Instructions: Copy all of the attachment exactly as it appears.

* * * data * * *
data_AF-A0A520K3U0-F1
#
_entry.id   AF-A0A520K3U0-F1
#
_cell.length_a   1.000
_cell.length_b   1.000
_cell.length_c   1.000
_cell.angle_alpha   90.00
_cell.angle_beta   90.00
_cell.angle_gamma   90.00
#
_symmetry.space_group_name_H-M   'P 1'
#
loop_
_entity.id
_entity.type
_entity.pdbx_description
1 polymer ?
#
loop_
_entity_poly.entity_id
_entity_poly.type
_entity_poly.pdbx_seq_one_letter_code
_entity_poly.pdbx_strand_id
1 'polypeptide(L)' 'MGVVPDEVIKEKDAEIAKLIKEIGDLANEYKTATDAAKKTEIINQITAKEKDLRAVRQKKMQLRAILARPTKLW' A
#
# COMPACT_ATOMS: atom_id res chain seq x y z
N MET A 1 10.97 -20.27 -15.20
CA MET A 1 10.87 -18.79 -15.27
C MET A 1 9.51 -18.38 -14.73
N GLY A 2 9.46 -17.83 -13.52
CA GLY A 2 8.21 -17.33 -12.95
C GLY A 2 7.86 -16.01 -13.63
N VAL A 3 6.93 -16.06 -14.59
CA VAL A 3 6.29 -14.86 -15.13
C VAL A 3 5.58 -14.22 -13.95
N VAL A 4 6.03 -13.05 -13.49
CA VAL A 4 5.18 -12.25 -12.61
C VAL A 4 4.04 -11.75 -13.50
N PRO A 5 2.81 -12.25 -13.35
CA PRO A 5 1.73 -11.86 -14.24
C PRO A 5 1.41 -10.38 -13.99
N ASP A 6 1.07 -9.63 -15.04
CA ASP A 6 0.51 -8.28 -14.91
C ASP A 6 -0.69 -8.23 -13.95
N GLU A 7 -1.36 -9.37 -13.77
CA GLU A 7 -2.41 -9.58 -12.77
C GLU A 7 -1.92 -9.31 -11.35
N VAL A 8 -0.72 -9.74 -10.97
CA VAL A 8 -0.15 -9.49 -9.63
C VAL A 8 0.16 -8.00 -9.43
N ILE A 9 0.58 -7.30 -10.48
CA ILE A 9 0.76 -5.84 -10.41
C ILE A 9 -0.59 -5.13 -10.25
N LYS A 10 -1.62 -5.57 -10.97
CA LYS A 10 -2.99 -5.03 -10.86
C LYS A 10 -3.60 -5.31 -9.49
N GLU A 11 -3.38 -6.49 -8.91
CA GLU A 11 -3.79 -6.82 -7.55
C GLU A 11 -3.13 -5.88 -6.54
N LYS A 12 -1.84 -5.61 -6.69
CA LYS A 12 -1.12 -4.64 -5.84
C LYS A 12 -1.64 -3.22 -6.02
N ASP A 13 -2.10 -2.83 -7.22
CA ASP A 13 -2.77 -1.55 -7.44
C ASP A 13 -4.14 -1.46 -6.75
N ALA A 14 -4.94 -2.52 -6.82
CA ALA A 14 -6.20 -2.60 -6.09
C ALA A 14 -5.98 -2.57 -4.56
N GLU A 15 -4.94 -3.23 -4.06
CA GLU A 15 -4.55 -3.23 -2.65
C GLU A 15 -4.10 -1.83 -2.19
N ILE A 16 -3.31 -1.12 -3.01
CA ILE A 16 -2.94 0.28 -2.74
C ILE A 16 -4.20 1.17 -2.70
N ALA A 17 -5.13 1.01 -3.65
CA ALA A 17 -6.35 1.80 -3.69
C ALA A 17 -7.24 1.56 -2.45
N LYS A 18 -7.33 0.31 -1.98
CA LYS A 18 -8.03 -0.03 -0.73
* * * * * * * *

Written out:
data_AF-A0A520K3U0-F1
#
_entry.id   AF-A0A520K3U0-F1
#
_cell.length_a   1.000
_cell.length_b   1.000
_cell.length_c   1.000
_cell.angle_alpha   90.00
_cell.angle_beta   90.00
_cell.angle_gamma   90.00
#
_symmetry.space_group_name_H-M   'P 1'
#
loop_
_entity.id
_entity.type
_entity.pdbx_description
1 polymer ?
#
loop_
_entity_poly.entity_id
_entity_poly.type
_entity_poly.pdbx_seq_one_letter_code
_entity_poly.pdbx_strand_id
1 'polypeptide(L)' 'MGVVPDEVIKEKDAEIAKLIKEIGDLANEYKTATDAAKKTEIINQITAKEKDLRAVRQKKMQLRAILARPTKLW' A
#
# COMPACT_ATOMS: atom_id res chain seq x y z
N MET A 1 10.97 -20.27 -15.20
CA MET A 1 10.87 -18.79 -15.27
C MET A 1 9.51 -18.38 -14.73
N GLY A 2 9.46 -17.83 -13.52
CA GLY A 2 8.21 -17.33 -12.95
C GLY A 2 7.86 -16.01 -13.63
N VAL A 3 6.93 -16.06 -14.59
CA VAL A 3 6.29 -14.86 -15.13
C VAL A 3 5.58 -14.22 -13.95
N VAL A 4 6.03 -13.05 -13.49
CA VAL A 4 5.18 -12.25 -12.61
C VAL A 4 4.04 -11.75 -13.50
N PRO A 5 2.81 -12.25 -13.35
CA PRO A 5 1.73 -11.86 -14.24
C PRO A 5 1.41 -10.38 -13.99
N ASP A 6 1.07 -9.63 -15.04
CA ASP A 6 0.51 -8.28 -14.91
C ASP A 6 -0.69 -8.23 -13.95
N GLU A 7 -1.36 -9.37 -13.77
CA GLU A 7 -2.41 -9.58 -12.77
C GLU A 7 -1.92 -9.31 -11.35
N VAL A 8 -0.72 -9.74 -10.97
CA VAL A 8 -0.15 -9.49 -9.63
C VAL A 8 0.16 -8.00 -9.43
N ILE A 9 0.58 -7.30 -10.48
CA ILE A 9 0.76 -5.84 -10.41
C ILE A 9 -0.59 -5.13 -10.25
N LYS A 10 -1.62 -5.57 -10.97
CA LYS A 10 -2.99 -5.03 -10.86
C LYS A 10 -3.60 -5.31 -9.49
N GLU A 11 -3.38 -6.49 -8.91
CA GLU A 11 -3.79 -6.82 -7.55
C GLU A 11 -3.13 -5.88 -6.54
N LYS A 12 -1.84 -5.61 -6.69
CA LYS A 12 -1.12 -4.64 -5.84
C LYS A 12 -1.64 -3.22 -6.02
N ASP A 13 -2.10 -2.83 -7.22
CA ASP A 13 -2.77 -1.55 -7.44
C ASP A 13 -4.14 -1.46 -6.75
N ALA A 14 -4.94 -2.52 -6.82
CA ALA A 14 -6.20 -2.60 -6.09
C ALA A 14 -5.98 -2.57 -4.56
N GLU A 15 -4.94 -3.23 -4.06
CA GLU A 15 -4.55 -3.23 -2.65
C GLU A 15 -4.10 -1.83 -2.19
N ILE A 16 -3.31 -1.12 -3.01
CA ILE A 16 -2.94 0.28 -2.74
C ILE A 16 -4.20 1.17 -2.70
N ALA A 17 -5.13 1.01 -3.65
CA ALA A 17 -6.35 1.80 -3.69
C ALA A 17 -7.24 1.56 -2.45
N LYS A 18 -7.33 0.31 -1.98
CA LYS A 18 -8.03 -0.03 -0.73